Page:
A decade ago IDA grants were given mostly on the basis of capital investment, or per job. “Now, more than 60% of our grants are going to R&D projects,” said Heavey.
The success of companies such as AbbVie, the drug-making spin-off of Abbott Laboratories, here shows just how dynamic the sector is.
It concentrates R&D on four core areas - immunology, oncology, virology and neurology - and boasts above industry standard levels of R&D investment, adding more than $850 million in annual R&D investment since 2013.
Last year it AbbVie announced joint investments with Science Foundation Ireland (SFI) worth Euro 10 million involving teams at Trinity College Dublin and University College Cork.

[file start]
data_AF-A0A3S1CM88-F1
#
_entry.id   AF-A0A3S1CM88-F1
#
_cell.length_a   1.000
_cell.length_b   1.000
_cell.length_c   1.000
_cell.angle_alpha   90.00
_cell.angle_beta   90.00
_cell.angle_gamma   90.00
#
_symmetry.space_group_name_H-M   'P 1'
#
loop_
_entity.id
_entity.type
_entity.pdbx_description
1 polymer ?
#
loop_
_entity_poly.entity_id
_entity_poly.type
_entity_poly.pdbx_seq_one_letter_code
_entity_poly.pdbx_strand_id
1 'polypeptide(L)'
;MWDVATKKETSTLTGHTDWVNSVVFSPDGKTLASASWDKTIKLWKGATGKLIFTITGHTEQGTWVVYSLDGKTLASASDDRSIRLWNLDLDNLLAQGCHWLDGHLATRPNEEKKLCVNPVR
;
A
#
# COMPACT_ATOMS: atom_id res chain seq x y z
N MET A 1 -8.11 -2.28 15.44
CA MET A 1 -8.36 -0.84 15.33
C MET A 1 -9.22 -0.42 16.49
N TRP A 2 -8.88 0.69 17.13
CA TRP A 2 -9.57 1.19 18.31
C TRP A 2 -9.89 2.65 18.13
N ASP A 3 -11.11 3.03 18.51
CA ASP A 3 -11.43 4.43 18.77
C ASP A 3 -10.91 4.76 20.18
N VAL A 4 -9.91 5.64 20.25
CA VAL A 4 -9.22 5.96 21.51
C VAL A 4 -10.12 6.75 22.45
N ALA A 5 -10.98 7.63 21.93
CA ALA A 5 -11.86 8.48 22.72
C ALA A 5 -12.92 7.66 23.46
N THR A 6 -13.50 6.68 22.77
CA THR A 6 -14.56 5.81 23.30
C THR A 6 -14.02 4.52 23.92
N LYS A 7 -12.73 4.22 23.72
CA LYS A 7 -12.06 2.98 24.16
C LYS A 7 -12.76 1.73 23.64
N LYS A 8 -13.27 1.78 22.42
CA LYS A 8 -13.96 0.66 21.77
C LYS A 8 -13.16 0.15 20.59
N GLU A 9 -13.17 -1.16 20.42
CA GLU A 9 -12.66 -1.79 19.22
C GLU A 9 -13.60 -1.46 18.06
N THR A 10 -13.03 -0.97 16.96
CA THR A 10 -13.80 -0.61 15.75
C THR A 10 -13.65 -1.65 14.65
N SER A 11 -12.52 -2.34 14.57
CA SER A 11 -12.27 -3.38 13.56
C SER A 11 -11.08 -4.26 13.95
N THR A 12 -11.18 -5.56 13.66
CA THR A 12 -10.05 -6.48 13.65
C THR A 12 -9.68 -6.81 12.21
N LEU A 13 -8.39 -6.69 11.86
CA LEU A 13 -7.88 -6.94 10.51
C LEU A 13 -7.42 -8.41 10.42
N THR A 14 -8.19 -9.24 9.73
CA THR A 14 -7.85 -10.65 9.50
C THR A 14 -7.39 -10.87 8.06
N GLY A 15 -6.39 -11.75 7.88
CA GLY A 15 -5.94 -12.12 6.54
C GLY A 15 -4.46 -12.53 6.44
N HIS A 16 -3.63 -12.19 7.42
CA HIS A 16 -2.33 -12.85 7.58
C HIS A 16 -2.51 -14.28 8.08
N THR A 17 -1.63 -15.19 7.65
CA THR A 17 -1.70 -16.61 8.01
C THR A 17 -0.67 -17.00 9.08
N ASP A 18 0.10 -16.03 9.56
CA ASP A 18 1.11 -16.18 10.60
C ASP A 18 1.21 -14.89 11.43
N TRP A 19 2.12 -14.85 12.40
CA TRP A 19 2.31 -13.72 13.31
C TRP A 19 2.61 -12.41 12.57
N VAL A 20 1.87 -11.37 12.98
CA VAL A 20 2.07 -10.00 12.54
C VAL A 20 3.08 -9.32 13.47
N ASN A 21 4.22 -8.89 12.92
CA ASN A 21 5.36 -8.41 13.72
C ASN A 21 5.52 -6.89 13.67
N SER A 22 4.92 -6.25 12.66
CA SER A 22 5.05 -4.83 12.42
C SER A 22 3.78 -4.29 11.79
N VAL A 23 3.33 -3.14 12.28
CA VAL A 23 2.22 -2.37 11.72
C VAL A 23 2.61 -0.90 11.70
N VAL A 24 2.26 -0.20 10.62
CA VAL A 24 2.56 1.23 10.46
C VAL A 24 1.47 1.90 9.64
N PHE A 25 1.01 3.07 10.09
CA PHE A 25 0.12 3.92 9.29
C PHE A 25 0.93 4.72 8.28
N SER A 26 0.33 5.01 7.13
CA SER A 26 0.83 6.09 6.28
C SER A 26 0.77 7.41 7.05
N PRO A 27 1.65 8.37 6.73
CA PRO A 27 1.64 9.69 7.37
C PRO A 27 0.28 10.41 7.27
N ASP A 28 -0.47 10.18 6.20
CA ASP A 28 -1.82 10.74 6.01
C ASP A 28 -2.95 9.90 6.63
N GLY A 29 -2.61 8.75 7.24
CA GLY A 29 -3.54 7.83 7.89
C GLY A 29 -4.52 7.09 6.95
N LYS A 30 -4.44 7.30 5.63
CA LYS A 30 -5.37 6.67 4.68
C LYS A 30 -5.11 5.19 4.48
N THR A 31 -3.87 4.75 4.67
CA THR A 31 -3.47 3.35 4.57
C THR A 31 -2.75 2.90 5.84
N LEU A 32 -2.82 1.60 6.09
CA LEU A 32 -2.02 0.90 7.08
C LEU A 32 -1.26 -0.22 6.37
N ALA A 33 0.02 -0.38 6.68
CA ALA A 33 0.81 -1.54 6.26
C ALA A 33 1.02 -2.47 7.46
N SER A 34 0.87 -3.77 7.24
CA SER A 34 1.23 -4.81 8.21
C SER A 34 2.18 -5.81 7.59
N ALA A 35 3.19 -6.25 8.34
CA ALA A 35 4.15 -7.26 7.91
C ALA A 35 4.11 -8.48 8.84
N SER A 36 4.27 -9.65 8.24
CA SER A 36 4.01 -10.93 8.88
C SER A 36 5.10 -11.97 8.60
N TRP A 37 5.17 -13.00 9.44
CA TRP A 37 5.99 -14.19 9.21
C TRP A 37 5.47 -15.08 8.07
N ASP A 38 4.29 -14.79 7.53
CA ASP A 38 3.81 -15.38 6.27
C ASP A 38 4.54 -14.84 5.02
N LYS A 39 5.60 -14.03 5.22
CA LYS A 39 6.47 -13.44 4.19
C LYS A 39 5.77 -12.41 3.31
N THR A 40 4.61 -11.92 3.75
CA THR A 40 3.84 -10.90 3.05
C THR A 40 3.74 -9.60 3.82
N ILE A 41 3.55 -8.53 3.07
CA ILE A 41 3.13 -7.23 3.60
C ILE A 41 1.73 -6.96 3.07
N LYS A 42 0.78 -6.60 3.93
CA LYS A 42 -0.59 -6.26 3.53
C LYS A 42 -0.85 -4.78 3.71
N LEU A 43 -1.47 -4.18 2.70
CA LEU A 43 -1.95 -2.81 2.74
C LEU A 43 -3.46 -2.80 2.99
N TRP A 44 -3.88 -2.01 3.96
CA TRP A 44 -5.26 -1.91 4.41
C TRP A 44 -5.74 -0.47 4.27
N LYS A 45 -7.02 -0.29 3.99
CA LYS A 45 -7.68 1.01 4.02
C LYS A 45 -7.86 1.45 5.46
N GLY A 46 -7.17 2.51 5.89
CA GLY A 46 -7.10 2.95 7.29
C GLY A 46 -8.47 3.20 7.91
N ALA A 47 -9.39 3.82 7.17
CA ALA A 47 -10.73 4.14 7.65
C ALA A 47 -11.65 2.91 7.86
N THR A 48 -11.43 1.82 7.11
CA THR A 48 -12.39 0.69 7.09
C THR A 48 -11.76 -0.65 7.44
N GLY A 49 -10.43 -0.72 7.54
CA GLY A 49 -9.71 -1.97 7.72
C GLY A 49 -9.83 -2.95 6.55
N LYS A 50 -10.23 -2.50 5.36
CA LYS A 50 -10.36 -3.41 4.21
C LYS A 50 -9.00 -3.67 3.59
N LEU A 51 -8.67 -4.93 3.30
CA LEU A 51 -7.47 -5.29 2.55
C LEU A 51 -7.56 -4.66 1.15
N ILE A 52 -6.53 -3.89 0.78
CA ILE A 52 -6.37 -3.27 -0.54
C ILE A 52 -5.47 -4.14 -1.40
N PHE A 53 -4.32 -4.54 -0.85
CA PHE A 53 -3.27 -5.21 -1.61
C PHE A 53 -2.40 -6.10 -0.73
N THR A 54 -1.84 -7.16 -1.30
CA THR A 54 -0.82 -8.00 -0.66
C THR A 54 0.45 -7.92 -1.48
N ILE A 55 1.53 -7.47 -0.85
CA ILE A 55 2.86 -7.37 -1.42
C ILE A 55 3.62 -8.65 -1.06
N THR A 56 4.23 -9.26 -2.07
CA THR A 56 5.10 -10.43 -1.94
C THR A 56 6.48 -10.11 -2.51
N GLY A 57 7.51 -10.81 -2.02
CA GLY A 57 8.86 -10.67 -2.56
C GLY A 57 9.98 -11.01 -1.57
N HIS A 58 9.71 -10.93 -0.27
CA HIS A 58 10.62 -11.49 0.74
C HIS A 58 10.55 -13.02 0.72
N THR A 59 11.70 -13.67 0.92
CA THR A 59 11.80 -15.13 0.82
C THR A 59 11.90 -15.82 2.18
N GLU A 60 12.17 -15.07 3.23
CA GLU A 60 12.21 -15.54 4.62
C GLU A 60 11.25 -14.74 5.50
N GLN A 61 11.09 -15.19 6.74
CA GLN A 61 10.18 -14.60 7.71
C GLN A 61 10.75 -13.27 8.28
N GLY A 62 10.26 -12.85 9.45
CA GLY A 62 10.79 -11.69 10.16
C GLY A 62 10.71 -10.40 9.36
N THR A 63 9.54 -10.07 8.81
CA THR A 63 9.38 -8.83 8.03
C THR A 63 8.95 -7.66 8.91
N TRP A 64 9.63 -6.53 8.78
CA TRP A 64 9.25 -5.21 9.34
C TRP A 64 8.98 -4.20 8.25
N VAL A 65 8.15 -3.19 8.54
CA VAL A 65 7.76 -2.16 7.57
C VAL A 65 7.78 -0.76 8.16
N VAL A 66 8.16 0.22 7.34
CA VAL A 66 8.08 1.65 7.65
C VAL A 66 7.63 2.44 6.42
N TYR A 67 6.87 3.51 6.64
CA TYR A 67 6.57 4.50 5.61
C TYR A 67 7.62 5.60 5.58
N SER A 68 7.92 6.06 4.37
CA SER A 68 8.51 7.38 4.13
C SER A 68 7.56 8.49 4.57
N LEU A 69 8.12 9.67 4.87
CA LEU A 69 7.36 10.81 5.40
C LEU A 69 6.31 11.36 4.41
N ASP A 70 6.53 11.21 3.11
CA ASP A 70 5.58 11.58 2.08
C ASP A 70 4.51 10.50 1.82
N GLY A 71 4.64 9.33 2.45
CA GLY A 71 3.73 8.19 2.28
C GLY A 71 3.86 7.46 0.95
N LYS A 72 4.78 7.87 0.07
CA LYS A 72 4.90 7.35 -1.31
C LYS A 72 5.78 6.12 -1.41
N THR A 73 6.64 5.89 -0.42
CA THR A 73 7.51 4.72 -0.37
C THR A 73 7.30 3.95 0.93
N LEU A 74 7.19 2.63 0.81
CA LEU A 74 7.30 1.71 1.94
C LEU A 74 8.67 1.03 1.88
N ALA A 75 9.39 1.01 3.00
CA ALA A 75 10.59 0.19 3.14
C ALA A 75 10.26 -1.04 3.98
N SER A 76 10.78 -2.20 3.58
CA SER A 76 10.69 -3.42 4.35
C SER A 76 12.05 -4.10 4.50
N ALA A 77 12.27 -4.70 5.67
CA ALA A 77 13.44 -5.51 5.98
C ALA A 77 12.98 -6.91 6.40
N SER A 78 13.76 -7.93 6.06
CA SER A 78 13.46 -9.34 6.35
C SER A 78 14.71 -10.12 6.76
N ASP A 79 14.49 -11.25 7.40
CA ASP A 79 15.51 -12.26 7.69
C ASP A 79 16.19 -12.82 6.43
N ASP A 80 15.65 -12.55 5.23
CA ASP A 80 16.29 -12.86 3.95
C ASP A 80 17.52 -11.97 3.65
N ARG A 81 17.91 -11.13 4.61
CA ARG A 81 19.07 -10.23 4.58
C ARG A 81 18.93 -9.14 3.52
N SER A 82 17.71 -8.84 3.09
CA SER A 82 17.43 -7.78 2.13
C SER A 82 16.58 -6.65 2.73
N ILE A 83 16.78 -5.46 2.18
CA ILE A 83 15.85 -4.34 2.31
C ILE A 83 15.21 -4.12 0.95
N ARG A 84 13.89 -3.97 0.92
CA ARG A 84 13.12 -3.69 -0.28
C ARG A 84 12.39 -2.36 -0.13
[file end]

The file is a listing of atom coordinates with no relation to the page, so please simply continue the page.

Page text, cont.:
“As a multinational with a significant Irish presence we actively support those whose ambition it is to establish Ireland as a world class research hub,” said Todd Manning, AbbVie’s Ireland general manager.
“Innovator companies like AbbVie have an important role to play in ensuring the government’s commitment to research in Ireland, which is already strong, increases to the point at which this ambition can become a reality.”
This article was originally published by Sandra O’Connell in the Irish Times on May 16 2016 and is reproduced here with our thanks.